The resignation was obvious in his voice, and many hoped that it would soon be on paper too.
It was Liverpool who had beaten them this time, 3-1 and in a manner that underlined just why their new manager was being hailed as a revolutionary while Chelsea’s old one was beginning to look like yesterday’s man.
“I can’t express my feelings in any way at all,” Mourinho told BBC Sport after the match.
“You are not just here to interview me. You are also here to see the game. What I see from my players was good until the moment they felt it was impossible to do better.
“The fans are not stupid, I don’t need to tell them anything. They know how much myself and the players are trying.
“They know why they are getting bad results. The fight goes on, but sometimes there are fights very impossible to win.”
Impossible to win. It was beginning to become the Chelsea mantra.
For Liverpool though, there was only celebration.
Following the sacking of Brendan Rodgers for overseeing form that was far better than Chelsea’s, new manager Jurgen Klopp had seen his side draw three successive matches against Tottenham , Rubin Kazan in the Europa League and then Southampton , before Bournemouth were beaten in the League Cup with a Nathaniel Clyne goal.
That goalless game at Spurs, his first in charge, is often remarked upon as it showcased the relentless pressing and running that would soon become a Liverpool trademark, but on this day at Chelsea were was quality too.
The Reds had fallen behind when Ramires scrambled in from close range after just four minutes, but Klopp’s side refused to buckle against hosts who were desperate for a win and to prolong an excellent record in this fixture.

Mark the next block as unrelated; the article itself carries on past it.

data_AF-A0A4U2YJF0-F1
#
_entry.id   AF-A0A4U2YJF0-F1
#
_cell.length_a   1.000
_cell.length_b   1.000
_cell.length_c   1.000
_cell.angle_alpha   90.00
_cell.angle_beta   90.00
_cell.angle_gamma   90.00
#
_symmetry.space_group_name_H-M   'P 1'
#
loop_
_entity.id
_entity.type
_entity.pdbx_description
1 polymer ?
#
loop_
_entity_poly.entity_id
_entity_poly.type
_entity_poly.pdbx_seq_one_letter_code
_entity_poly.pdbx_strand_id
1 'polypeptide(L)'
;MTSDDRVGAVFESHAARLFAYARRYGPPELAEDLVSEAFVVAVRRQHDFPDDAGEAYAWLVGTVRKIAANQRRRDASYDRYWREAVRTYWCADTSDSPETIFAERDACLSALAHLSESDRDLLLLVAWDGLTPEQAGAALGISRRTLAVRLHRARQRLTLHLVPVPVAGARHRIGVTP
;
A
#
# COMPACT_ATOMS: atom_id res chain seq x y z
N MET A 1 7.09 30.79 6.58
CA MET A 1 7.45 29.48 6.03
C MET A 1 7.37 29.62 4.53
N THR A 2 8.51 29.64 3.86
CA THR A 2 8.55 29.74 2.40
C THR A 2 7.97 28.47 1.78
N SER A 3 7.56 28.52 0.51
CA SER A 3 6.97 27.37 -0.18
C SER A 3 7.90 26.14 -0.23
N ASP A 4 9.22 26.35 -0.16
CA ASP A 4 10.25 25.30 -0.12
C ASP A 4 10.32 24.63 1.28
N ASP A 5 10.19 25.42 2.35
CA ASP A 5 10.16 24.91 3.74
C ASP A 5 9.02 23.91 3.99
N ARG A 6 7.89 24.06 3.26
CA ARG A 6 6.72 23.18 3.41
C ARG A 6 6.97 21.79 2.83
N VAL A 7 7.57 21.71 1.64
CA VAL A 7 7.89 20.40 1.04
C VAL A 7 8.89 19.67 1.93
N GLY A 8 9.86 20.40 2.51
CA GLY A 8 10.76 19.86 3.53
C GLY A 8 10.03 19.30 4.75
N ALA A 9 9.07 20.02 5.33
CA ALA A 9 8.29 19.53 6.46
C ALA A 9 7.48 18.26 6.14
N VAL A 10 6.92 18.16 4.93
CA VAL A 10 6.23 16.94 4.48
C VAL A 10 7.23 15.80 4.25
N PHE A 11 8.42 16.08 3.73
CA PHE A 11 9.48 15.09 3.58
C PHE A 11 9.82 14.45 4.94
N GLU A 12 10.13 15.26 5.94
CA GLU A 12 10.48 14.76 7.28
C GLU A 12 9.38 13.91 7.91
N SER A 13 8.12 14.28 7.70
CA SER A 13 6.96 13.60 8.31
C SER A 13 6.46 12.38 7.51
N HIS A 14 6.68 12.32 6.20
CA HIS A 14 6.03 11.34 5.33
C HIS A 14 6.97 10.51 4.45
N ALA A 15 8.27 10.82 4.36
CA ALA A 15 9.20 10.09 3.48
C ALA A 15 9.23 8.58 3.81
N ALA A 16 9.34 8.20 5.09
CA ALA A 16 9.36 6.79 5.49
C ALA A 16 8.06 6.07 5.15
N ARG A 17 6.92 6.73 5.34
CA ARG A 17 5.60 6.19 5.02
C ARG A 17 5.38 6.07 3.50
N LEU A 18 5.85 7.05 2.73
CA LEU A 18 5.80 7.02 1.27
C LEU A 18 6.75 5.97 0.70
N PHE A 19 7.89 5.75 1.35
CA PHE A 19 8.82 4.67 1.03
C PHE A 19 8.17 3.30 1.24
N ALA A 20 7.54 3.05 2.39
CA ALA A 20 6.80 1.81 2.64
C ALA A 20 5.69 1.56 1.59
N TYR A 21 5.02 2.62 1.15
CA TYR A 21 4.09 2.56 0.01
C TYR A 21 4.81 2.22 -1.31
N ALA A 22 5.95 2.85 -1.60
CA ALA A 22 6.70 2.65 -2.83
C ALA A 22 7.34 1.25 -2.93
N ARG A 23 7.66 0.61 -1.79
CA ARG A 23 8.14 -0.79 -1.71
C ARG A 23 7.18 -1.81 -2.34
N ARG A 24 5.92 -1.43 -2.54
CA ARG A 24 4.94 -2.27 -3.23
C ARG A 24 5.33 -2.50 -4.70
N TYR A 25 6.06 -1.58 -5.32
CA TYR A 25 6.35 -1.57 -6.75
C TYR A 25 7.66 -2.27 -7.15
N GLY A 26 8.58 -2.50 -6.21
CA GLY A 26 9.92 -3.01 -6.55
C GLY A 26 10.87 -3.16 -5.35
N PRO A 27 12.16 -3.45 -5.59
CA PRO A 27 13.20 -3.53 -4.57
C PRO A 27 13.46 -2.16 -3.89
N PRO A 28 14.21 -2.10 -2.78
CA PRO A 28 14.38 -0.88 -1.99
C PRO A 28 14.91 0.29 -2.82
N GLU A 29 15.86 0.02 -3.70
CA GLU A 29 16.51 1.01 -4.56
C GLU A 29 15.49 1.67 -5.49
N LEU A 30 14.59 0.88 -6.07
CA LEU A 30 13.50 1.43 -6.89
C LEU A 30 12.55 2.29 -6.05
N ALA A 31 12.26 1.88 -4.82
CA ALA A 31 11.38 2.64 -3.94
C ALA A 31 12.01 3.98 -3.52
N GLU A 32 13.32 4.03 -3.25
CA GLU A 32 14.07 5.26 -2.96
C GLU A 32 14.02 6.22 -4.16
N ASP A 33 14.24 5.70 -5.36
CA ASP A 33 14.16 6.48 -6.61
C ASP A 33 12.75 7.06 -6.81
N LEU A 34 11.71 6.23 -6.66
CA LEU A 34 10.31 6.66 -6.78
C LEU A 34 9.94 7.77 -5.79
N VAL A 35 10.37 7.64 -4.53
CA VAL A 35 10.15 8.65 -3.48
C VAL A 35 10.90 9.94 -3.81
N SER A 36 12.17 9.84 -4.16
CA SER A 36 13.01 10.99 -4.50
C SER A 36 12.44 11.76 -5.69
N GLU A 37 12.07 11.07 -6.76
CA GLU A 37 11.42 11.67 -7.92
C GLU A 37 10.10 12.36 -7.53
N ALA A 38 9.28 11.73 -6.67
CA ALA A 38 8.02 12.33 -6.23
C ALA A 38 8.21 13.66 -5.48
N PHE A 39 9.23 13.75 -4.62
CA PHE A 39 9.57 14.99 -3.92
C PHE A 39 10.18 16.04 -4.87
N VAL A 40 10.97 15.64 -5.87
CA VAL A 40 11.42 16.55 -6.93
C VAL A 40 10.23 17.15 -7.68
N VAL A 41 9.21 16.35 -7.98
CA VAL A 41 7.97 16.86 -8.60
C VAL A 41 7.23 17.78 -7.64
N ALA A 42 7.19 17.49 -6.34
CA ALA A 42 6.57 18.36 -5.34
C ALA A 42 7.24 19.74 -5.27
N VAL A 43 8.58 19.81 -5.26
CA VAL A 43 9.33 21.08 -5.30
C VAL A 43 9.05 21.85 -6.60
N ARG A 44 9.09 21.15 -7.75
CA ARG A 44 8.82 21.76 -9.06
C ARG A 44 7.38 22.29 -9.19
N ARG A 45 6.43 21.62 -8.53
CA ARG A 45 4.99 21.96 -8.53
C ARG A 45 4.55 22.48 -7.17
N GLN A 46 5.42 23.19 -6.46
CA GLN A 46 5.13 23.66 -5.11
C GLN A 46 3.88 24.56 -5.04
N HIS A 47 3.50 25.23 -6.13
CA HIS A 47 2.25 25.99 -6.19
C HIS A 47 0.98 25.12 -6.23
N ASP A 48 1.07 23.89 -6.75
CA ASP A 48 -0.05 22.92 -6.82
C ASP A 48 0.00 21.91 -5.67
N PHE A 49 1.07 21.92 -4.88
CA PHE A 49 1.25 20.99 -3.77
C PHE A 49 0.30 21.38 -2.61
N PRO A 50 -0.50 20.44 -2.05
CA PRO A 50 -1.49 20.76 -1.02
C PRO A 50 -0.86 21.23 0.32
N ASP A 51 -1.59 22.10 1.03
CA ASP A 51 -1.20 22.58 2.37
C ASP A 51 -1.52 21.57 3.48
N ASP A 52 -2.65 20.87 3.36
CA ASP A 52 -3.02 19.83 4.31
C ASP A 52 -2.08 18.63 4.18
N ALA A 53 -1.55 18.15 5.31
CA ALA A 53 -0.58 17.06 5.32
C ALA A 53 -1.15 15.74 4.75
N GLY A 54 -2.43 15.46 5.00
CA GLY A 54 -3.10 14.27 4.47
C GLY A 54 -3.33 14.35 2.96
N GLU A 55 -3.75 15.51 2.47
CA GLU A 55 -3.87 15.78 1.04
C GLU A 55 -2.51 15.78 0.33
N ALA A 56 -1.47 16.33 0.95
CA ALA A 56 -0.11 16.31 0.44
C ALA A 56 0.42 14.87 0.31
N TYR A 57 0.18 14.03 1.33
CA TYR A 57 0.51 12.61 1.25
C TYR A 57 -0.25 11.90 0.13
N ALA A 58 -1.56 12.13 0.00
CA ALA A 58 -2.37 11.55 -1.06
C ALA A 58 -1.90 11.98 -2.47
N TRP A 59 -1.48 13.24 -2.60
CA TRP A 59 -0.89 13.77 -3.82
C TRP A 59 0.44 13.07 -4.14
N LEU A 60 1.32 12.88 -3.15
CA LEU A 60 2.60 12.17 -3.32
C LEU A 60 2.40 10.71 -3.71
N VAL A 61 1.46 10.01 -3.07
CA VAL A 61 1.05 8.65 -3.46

It was the first time that Klopp was able to field what would become his preferred front three of Roberto Firmino, Philippe Coutinho and Adam Lallana, and Coutinho fired the Reds level with a brilliant effort on the stroke of half-time that flicked off John Terry as it went in.
Then with the scores level just after the hour mark, Klopp demonstrated a commitment to attacking football that was beginning to mark the likes of him out from the likes of Mourinho.
He brought on Christian Benteke for James Milner, pushing the Belgian upfront and allowing Coutinho and Firmino to play off him. And it worked.
With Benteke causing havoc, Coutinho fired in a fine second with 16 minutes remaining, before Benteke rounded things off with a third in front of miserable home fans.
For Klopp, much of the post-match questioning was about Mourinho.
“I feel for him,” he said .
“He’s a great coach. I don’t think anyone in this room doubts he’s one of the best in the world.
“Things like this happen. I had a similar situation at Dortmund last year. The good thing was no-one in the club was in doubt of my situation. I feel for him of course, but it’s work.”
It’s been largely good work ever since.